CAS ID #: 14859-67-7, 10043-92-2
Affected Organ Systems: Respiratory (From the Nose to the Lungs)
Cancer Classification: NTP: Known to be a Human Carcinogen
Chemical Classification: Inorganic substances, Radionuclides (radioactive materials)
Summary: Radon is a naturally occurring radioactive gas that is odorless and tasteless. It is formed from the radioactive decay of uranium. Uranium is found in small amounts in most rocks and soil. It slowly breaks down to other products such as radium, which breaks down to radon. Radon also undergoes radioactive decay. It divides into two parts-one part is called radiation, and the other part is called a daughter. The daughter, like radon, is not stable, and it also divides into radiation and another daughter. The dividing of daughters continues until a stable, nonradioactive daughter is formed. During the decay process, alpha, beta, and gamma radiation are released. Alpha particles can travel only a short distance and cannot travel through your skin. Beta particles can penetrate through your skin, but they cannot go all the way through your body. Gamma radiation can go all the way through your body. Radon is no longer used in the treatment of various diseases including cancer, arthritis, diabetes, and ulcers. Radon is used to predict earthquakes, in the study of atmospheric transport, and in exploration for petroleum and uranium.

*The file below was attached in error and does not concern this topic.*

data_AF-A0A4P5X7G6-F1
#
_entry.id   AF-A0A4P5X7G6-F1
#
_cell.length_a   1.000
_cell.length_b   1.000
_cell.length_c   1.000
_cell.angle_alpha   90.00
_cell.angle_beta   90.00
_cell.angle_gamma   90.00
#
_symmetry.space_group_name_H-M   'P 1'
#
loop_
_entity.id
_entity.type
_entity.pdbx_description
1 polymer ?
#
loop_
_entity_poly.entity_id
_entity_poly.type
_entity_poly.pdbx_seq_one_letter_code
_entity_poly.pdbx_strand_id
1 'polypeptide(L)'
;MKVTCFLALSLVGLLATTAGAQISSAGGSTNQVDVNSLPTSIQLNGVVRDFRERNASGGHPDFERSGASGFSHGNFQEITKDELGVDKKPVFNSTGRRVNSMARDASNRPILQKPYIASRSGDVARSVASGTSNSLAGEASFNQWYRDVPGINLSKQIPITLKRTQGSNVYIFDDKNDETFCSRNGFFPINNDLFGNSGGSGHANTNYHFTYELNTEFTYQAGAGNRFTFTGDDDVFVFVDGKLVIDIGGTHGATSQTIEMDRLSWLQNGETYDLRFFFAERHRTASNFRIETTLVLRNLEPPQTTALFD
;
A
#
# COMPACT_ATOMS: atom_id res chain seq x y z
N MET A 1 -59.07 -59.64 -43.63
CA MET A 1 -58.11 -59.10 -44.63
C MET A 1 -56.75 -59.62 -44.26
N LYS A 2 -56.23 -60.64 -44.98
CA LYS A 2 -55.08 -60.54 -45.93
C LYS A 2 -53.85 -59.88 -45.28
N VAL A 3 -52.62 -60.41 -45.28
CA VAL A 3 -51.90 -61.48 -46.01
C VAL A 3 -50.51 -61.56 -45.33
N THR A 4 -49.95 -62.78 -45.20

Toxicological and Health Professionals
Succinctly characterizes the toxicologic and adverse health effects information for a hazardous substance.
Quick reference guide providing information such as chemical and physical properties, sources of exposure, routes of exposure, minimal risk levels, children's health, and health effects for a substance.
Prioritization of substances based on a combination of their frequency, toxicity, and potential for human exposure at National Priorities List (NPL) sites.
Medical Education and Training
Self-instructional publication designed to increase primary care provider's knowledge of a hazardous substance in the environment and to aid in the evaluation of potentially exposed patients.
- Page last reviewed: March 3, 2011
- Page last updated: March 3, 2011
- Content source: Agency for Toxic Substances and Disease Registry